Navigation Links
Tomato Diet Can't Guarantee Prostate Health: Study
Date:9/14/2007

Lycopene, other nutrients no shield against prostate cancer, researchers say

FRIDAY, Sept. 14 (HealthDay News) -- Men who've been adding vitamin E or the tomato nutrient lycopene to their diets to cut their risk of prostate cancer may need to think again.

According to a new study, neither carotenoids (such as lycopene), retinol, nor tocopherols (forms of vitamin E) appear to reduce the odds of prostate malignancy -- findings that are in line with two other recent publications.

"Our overall findings are null," said lead researcher Timothy Key, deputy director of the Cancer Research UK Epidemiology Unit at the University of Oxford, U.K.

"This large study does not support the hypothesis that consuming large amounts of these nutrients will reduce prostate cancer," he added. "That is disappointing, but that is the overall message."

The findings are published in the September issue of the American Journal of Clinical Nutrition.

His team examined the effect of the blood levels of 10 micronutrients on the risk of developing prostate cancer for almost 2,000 males from eight European countries.

The research, which the authors call "the largest prospective study to date of plasma carotenoids, retinol, tocopherols, and prostate cancer risk," was part of the EPIC (European Prospective Investigation into Cancer and Nutrition) study, which includes more than half a million men and women.

The authors did find evidence to suggest that, once a cancer forms, high levels of lycopene (or of carotenoids in general, including lycopene) may reduce by about 60 percent the risk of the tumor progressing to an advanced-stage prostate cancer. Carotenoids appeared to have no effect on the rate of localized, earlier-stage disease, however.

According to Dr. Peter Scardino, head of the Prostate Cancer Program at Memorial Sloan-Kettering Cancer Center in New York City, prostate cancer is the most common cancer in men in the developed world. A Western male, he said, has about a 42 percent risk of developing cancerous cells in his prostate over his lifetime, a 16 percent risk of being diagnosed with the disease, and about a three percent risk of dying as a result. In other words, nearly one-quarter of Western males have a subclinical form of prostate cancer, which will never progress to more advanced disease.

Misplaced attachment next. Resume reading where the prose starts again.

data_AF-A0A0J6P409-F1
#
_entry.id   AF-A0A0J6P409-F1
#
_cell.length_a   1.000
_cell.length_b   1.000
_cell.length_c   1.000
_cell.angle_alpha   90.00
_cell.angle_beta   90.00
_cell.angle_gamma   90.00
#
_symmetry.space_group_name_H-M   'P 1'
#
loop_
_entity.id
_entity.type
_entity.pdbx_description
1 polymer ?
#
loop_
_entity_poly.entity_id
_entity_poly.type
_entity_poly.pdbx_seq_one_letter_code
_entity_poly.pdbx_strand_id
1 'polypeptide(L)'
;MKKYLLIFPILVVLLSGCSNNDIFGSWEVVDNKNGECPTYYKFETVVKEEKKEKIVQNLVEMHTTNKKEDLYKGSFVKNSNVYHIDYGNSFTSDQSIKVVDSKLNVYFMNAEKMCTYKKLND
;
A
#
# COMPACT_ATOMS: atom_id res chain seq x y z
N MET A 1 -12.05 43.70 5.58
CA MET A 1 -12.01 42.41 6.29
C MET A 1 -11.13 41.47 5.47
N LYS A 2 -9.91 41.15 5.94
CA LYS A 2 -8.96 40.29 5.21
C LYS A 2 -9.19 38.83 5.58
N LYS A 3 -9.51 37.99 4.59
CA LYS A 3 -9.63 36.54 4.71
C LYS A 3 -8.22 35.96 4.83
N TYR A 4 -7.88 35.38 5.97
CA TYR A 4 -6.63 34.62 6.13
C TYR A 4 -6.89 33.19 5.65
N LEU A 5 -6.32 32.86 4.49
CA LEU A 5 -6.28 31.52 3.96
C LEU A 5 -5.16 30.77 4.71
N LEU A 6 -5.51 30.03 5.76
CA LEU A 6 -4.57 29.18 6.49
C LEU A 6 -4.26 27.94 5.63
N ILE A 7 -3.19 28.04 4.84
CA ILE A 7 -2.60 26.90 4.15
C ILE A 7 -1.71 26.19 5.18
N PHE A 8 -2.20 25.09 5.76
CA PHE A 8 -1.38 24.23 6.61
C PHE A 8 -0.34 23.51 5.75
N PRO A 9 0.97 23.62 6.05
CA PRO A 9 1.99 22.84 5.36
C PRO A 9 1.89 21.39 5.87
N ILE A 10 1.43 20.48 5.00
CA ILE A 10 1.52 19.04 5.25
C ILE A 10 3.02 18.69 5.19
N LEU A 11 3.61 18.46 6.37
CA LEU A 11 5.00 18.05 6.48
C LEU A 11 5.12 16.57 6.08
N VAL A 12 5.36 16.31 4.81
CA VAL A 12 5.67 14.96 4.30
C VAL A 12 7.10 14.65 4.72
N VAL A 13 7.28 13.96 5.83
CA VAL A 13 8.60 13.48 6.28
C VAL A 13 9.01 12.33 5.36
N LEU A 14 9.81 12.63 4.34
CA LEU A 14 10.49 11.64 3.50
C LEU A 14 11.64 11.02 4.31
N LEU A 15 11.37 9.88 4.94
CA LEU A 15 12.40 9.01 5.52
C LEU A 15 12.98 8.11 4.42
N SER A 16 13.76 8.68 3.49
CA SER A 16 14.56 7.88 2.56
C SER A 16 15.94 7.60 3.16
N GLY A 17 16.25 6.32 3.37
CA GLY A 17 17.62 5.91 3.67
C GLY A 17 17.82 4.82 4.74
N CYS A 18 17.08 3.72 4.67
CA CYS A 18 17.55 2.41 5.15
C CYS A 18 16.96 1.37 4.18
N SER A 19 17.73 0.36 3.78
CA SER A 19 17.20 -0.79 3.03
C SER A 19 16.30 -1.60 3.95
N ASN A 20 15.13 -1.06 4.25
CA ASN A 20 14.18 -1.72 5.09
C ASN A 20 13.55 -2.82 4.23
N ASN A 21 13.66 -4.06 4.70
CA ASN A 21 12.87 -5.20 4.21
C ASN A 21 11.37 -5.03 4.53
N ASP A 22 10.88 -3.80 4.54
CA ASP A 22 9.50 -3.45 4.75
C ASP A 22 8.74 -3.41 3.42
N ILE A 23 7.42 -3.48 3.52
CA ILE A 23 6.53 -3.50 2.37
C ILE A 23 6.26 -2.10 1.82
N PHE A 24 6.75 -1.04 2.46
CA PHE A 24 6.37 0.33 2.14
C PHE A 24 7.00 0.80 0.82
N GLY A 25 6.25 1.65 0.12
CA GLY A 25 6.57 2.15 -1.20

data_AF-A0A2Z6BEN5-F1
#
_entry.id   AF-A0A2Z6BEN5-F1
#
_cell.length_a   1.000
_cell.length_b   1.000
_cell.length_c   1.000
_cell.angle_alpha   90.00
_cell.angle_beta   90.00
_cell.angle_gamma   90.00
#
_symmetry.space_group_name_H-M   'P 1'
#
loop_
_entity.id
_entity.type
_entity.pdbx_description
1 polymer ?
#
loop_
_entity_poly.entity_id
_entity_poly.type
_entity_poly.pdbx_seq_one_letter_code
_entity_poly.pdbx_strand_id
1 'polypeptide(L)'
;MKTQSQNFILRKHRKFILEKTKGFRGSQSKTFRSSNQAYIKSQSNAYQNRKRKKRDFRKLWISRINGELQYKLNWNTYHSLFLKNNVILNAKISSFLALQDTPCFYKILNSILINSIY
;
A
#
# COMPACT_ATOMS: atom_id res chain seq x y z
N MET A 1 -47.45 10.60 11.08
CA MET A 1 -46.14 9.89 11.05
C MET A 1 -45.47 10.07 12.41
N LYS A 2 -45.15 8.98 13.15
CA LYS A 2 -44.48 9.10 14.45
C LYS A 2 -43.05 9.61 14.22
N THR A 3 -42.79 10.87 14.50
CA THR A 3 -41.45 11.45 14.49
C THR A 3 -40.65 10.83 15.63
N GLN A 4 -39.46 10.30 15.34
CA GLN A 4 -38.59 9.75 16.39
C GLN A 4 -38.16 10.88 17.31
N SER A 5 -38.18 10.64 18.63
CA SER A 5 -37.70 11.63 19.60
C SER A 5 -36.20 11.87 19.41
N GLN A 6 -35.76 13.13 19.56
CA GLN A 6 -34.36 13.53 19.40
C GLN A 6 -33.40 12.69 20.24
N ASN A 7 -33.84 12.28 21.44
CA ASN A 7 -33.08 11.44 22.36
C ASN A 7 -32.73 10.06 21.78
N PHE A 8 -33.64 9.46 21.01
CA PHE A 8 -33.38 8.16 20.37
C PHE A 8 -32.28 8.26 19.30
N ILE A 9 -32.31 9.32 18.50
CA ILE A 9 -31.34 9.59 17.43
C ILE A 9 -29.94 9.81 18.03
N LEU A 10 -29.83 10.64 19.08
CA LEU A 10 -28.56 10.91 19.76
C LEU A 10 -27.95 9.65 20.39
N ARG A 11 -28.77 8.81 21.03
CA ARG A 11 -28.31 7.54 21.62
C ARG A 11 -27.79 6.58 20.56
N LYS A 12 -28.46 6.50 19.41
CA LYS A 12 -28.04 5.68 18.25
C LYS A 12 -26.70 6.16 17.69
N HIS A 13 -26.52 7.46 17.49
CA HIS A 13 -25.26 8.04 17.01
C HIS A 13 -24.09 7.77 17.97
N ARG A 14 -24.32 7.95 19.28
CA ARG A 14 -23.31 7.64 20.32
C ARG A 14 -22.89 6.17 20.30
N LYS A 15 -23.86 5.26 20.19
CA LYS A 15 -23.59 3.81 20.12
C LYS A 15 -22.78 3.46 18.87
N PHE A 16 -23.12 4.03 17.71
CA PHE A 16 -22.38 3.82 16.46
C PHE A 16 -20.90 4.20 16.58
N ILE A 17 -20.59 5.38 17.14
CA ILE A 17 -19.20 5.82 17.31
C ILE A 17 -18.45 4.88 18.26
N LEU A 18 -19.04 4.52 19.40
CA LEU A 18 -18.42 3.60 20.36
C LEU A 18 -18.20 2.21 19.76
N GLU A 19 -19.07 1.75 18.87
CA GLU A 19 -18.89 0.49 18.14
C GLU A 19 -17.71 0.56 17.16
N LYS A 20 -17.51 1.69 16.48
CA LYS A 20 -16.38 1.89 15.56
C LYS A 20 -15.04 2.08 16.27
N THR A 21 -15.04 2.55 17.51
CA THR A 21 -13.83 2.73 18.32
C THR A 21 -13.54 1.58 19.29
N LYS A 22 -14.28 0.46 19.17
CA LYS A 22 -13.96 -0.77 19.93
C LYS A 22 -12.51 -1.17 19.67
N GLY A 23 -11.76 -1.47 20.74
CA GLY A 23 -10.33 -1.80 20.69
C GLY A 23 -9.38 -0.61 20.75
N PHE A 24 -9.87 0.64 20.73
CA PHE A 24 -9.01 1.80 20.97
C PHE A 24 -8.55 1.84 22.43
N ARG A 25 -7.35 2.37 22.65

Stopping progression is crucial. According to Scardino, for those whose disease does progress, the risk of death is much higher -- nearly 50 percent.

"I think it's an important study," Scardino said. That lycopene and bulk carotenoids reduced the risk of progressing to advanced disease without impacting the risk of developing prostate cancer overall, he said, "suggests maybe these micronutrients are not as important in [stopping] carcinogenesis as they are in [slowing] progression of a very small early tumor to one that becomes invasive and larger and develops the ability to metastasize."

"The study provides supportive evidence that lycopene and the carotenoids may have an effect on delaying the progression of prostate cancer, so, from that point of view, it is an interesting study," Scardino added.

But Alan Kristal, associate head of the Cancer Prevention Program at the Fred Hutchinson Cancer Research Center in Seattle, remained more skeptical. Though he called the study "well-executed," Kristal noted, for instance, that the authors were unable to control for prostate-specific antigen (PSA) testing among the men. These blood tests often detect clinically irrelevant tumors, he explained.

"You can never do an observational study of prostate cancer without rigorously controlling for whether or not the person got PSA screening," Kristal said. "The more times you take the test, the more likely you are to get the disease."

He also noted that the finding for lycopene contradicts a report published in May in Cancer Epidemiology Biomarkers and Prevention. That study did account for PSA testing, and it found no effect of lycopene whatsoever on prostate cancer risk -- including the risk of advanced disease.

"To my mind, that study is definitive," said Kristal. "It's a big study, extremely well executed, properly analyzed, and not biased by PSA screening."